Secondhand Drinking: It’s Real. It Hurts. And It Changes Lives

We generally do not think much about what happens to people whose paths cross with those of a person who misuses alcohol[1] beyond the obvious, such as an auto accident caused by a drunk driver. It is unlikely most of us have ever encountered the term, Secondhand Drinking (SHD), although, now, reading it, we may draw a comparison to that of Secondhand Smoke.

Secondhand Drinking (SHD) is a term to describe the impacts on a person who is on the receiving end of a person’s drinking behaviors. When secondhand drinking is chronic, it can change a person’s brain, which in turn can change the very quality of their life.

Drinking Behaviors are the behaviors a person engages in as a result of excessive alcohol changing brain function. These behaviors include:

  • drunken arguments
  • physical fights
  • verbal; physical or emotional abuse; neglect; bullying
  • driving while impaired; riding in a car with an impaired driver; getting a
  • DUI
  • unprotected, unwanted, unplanned sex; sexual assault
  • problems at work or in school
  • domestic violence

Yet, secondhand drinking can forever alter these people’s lives. This is especially true if they are the family member or close friend who, over the course of their ongoing exposure to SHD, become victims, suffering their own consequential physical and emotional impairments.

Causes and Consequences of Secondhand Drinking

These impairments are due to the brain changes caused by the chronic activation of the fight-or-flight stress response system, a system that engages when confronted with stress, danger, fear, anxiety. As a result of these brain and physical changes, family members and close friends repeatedly exposed to SHD often suffer anxiety, depression, stomach ailments, skin problems, obesity, sleep difficulties, migraines, and a whole host of other conditions. They experience quality-of-life changes that are beyond a “healthy” person’s comprehension. Not only this, but the consequential physical and emotional impairments a person repeatedly exposed to SHD experiences changes them in ways that extends SHD impacts to those within their sphere of influence. This can include their co-workers, fellow students and relatives of family members. As will become apparent, SHD’s influence can touch most of us in one form or another.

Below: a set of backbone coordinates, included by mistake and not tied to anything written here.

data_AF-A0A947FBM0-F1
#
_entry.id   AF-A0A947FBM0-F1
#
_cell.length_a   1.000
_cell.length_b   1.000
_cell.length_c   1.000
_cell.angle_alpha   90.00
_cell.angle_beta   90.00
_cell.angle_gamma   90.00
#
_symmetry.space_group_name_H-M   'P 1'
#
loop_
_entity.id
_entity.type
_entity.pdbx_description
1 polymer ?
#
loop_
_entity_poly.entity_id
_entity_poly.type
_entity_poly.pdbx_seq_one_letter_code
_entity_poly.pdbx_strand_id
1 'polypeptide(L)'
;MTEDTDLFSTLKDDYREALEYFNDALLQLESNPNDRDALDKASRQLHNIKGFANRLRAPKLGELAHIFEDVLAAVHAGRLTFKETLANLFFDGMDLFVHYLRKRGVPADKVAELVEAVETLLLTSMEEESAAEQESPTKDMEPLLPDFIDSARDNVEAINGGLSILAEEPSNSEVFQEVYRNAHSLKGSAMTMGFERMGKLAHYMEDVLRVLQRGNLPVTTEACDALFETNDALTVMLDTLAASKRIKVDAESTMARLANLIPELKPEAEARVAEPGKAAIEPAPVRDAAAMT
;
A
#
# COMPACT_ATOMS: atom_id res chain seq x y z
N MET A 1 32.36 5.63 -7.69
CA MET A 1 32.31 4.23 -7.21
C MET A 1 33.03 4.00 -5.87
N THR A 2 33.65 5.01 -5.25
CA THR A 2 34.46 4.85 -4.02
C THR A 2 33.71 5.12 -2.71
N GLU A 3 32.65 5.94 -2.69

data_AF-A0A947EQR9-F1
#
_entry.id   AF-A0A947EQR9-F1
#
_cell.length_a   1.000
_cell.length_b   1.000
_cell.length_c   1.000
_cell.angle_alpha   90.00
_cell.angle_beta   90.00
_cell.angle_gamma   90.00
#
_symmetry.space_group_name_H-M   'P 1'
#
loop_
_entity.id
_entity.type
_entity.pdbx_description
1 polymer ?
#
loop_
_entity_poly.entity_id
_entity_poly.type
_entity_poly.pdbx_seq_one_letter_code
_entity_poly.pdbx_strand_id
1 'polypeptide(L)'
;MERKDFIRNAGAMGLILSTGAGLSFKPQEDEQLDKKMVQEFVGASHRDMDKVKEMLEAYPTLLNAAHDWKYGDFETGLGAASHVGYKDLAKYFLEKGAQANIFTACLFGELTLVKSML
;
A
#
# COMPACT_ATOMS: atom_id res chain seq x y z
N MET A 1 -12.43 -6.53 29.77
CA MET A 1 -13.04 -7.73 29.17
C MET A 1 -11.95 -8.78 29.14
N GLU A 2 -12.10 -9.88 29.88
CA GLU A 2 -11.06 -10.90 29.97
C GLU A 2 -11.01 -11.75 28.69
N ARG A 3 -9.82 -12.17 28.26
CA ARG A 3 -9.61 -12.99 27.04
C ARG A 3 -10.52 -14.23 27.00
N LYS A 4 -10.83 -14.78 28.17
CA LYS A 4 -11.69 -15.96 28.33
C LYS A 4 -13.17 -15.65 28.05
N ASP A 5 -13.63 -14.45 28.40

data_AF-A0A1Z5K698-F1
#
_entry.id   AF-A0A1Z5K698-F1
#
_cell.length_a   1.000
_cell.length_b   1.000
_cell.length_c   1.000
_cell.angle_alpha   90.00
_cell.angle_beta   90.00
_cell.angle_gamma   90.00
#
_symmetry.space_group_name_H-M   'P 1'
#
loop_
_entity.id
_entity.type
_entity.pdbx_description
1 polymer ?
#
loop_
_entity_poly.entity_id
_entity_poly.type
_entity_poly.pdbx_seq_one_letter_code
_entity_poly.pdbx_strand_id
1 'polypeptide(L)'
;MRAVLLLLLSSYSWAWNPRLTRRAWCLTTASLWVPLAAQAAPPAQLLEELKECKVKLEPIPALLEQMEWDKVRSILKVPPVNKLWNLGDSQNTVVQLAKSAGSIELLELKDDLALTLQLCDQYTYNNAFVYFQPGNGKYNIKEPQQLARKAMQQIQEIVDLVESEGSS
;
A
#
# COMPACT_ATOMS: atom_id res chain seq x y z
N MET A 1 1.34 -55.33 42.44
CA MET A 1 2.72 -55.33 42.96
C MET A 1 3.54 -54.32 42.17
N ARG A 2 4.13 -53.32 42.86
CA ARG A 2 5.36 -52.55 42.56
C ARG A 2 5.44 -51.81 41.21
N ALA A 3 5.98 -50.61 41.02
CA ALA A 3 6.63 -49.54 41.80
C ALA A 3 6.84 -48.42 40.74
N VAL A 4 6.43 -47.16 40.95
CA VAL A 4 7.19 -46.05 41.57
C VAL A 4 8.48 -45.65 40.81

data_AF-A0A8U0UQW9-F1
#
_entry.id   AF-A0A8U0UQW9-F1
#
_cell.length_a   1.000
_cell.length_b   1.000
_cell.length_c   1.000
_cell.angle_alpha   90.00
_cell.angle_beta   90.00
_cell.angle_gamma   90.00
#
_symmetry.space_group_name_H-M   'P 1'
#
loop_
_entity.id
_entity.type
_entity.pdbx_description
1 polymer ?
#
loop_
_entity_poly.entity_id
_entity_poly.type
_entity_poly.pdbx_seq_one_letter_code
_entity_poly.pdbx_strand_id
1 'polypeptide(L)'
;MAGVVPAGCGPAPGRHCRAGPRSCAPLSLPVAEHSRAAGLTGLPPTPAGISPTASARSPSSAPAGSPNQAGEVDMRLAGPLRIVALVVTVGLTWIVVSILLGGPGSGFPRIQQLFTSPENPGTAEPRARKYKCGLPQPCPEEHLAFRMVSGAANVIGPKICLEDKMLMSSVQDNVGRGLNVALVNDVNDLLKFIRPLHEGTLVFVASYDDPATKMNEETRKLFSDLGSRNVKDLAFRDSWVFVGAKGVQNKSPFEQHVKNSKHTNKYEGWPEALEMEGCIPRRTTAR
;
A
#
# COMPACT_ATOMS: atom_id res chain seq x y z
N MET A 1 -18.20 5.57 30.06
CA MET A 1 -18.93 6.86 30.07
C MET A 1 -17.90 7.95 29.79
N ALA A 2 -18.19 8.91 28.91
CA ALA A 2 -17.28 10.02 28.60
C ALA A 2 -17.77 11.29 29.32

These innocent sufferers have no idea that secondhand drinking is the cause of their symptoms, relationship problems, or work/school performance issues. Rather, they blame some other issue or just assume it’s “them” or accept the diagnosis, “migraines with no known cause” or “migraines due to stress,” for example (the latter, of course, being true but often the stress source is identified as the job, the kids, or the troubles at home). They don’t think to associate it with another person’s drinking behaviors because they’ve never had an awareness of the concept of secondhand drinking.

Secondhand drinking is what happens to the husband whose wife repeatedly promises to stop or cut down but every night can’t keep her promise. When he confronts her, she starts her offensive attacks on something he has or has not done as the reason for her drinking, causing him to go on the defensive and engage in the crazy, convoluted arguments that ensue. He rehashes these arguments over and over in his mind the next day while at work, unable to complete the task at hand, which holds up the next stage of the project on which his team is working.

Secondhand drinking is what happens to the boss whose life and the life of his daughter and the lives of every member of his immediate and extended family are shattered when his daughter is paralyzed in a head-on collision caused by a drunk driver. As you can see, SHD can be a one-time event, but its ripple effects will last a lifetime causing physical and emotional outcomes unfathomable to most.

It is what happens to the wife and children of the veteran who turns to alcohol after his tour of duty ends – alcohol to relieve his untreated PTSD,[2] fears he’ll never find a job, and confused feelings about returning to civilian life. His abuse of alcohol, untreated PTSD, and the combination thereof changes his behaviors drastically. This throws his family into a tailspin as they all jockey for what to do to make him want to stop or get help. It’s what happens to that veteran’s son at school after a particularly rough night of parental arguing about the drinking, when he can’t concentrate in class and is embarrassed by his schoolmate’s snicker when he fails to answer the teacher’s question. He’s fuming by recess and tracks his classmate down, punching him in the face. For that he’s sent to the office, only to have his parents called because he’s a behavioral problem — again.